Jose Ramos-Horta has claimed an overwhelming victory after Wednesday’s presidential run-off election in East Timor. Ramos-Horta ended up with 70 per cent of the vote to claim a clear mandate to rule. "I'm happy with the result," Ramos-Horta told Australia's ABC Radio in the capital Dili, "I will carry out my duties according to the constitution and listen to advice from everybody so I can take Timor Leste to a better future."
Ramos-Horta is the first directly elected president. He replaces Xanana Gusmao, the former resistance leader, who has led the country since independence in 2002. Ramos-Horta’s defeated opponent, the parliamentary speaker, Francisco "Lu-Olo" Guterres conceded defeat this afternoon. The Fretelin backed candidate is now turning his attentions to parliamentary elections next month. “What is important now is to prepare ourselves to face the upcoming election," he said. "We will also observe how they (Ramos-Horta’s administration) will manage the country."
The election result now needs to be rubber-stamped by the court of appeal. The mood in the capital Dili was calm with no sign of celebration parades or protests. The country’s security forces had been on high alert after trouble marred the first round of elections last month. The EU has 40 monitors in Timor to monitor the two presidential elections and the parliamentary election. EU head of mission Jose Pomes Ruiz said the run-off was more peaceful than last month's poll, but he also criticised both candidates for “unnecessary aggression”.
Jose Ramos-Horta is a former Nobel Peace Prize winner who spearheaded the overseas end of the campaign for East Timor's independence. Born in Dili in 1949 to a Timorese mother and Portuguese father, he was educated in a Catholic mission and became involved in the struggle for independence from Portugal. He was exiled for two years before returning to take a role in the short-lived East Timor republic of 1975. Aged 25, he was appointed foreign minister. He left the country to appeal to the UN three days before Indonesia invaded. It would the start of a long exile from his homeland.
As well as promoting the cause of a free East Timor, he had an illustrious academic record. He studied Public International Law at The Hague Academy of International Law, gained an MA from Antioch University in the US and did post-graduate at Columbia University, Strasbourg and Oxford. He is fluent in five languages: Tetun (native language), Portuguese (official), French, English, and Spanish.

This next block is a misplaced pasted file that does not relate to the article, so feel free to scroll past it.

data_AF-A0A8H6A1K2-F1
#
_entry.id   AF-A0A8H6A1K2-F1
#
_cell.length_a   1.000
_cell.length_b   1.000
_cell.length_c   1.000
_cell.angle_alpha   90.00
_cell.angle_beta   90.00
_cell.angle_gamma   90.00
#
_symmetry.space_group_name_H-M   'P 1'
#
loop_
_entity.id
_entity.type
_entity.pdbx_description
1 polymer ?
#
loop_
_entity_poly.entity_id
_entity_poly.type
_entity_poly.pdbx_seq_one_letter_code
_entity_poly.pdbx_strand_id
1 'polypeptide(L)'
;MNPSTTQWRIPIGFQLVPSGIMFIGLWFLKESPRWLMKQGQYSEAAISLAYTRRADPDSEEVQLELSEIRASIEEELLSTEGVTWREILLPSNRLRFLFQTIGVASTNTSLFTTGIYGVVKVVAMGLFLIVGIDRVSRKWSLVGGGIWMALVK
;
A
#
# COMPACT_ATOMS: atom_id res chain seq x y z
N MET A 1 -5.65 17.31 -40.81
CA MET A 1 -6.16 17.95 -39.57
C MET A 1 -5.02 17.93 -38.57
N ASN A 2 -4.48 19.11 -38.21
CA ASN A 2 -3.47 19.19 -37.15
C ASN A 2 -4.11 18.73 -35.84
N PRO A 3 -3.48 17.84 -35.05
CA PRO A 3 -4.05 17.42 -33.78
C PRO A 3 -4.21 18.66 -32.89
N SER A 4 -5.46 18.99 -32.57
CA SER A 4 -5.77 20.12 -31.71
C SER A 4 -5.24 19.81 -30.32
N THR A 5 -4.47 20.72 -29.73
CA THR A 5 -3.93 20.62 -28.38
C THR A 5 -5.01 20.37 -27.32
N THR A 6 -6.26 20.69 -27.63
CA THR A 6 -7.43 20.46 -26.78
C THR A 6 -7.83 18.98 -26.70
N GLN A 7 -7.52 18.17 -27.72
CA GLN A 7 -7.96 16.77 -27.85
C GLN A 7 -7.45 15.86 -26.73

In 1988, he left Fretelin, the dominant East Timor party he helped found. He would henceforth be an independent voice for freedom. In 1996, the Norwegian Nobel Committee honoured the East Timor struggle by awarding the Peace Prize jointly to Ramos-Horta and fellow countryman, Bishop Carlos Filipe Ximenes Belo. The committee consider Ramos-Horta the “leading international spokesman for East Timor's cause since 1975” . They cited the two men’s “sustained and self-sacrificing contributions for a small but oppressed people” and hoped the award would spur efforts to find a diplomatic solution to the Timor conflict “based on the people's right to self-determination”.
When East Timor finally did regain its right to self-determination, Ramos-Horta was the obvious choice for the nascent country’s Foreign Minister. He resigned this role in 2006 after a military crisis that embroiled the country. Ramos-Horta relieved the aggrieved soldiers of duty who marched through Dili demanding to be re-instated. The protests that followed saw police shoot against soldiers, killing five and causing 20,000 people to flee the city in terror. Ramos-Horta assumed Defence Ministry responsibilities during the crisis. Weeks of anarchy followed with the rebels backed by Prime Minister Mari Alkatiri. Ramos-Horta resigned from the government in protest. With pressure growing internationally, Alkatiri resigned and Ramos-Horta was installed as interim Prime Minister.
Ramos-Horta is widely viewed as more friendly to the West than the Fretelin Party he has defeated. He wants to see more foreign investment in what is Asia’s poorest country. The country still relies on foreign aid but its best economic prospects lie in tourism, fisheries, coffee and gas. Ramos-Horta told a 2006 interview he wants Australia to give it a “50/50 per cent share of the resources in the Greater Sunrise area. Greater Sunrise is one of the richest gas fields in the entire Asia Pacific region”. With Australian foreign minister Alexander Downer leading the plaudits for the new president, now might be a good time for Ramos-Horta to press home his country’s claims.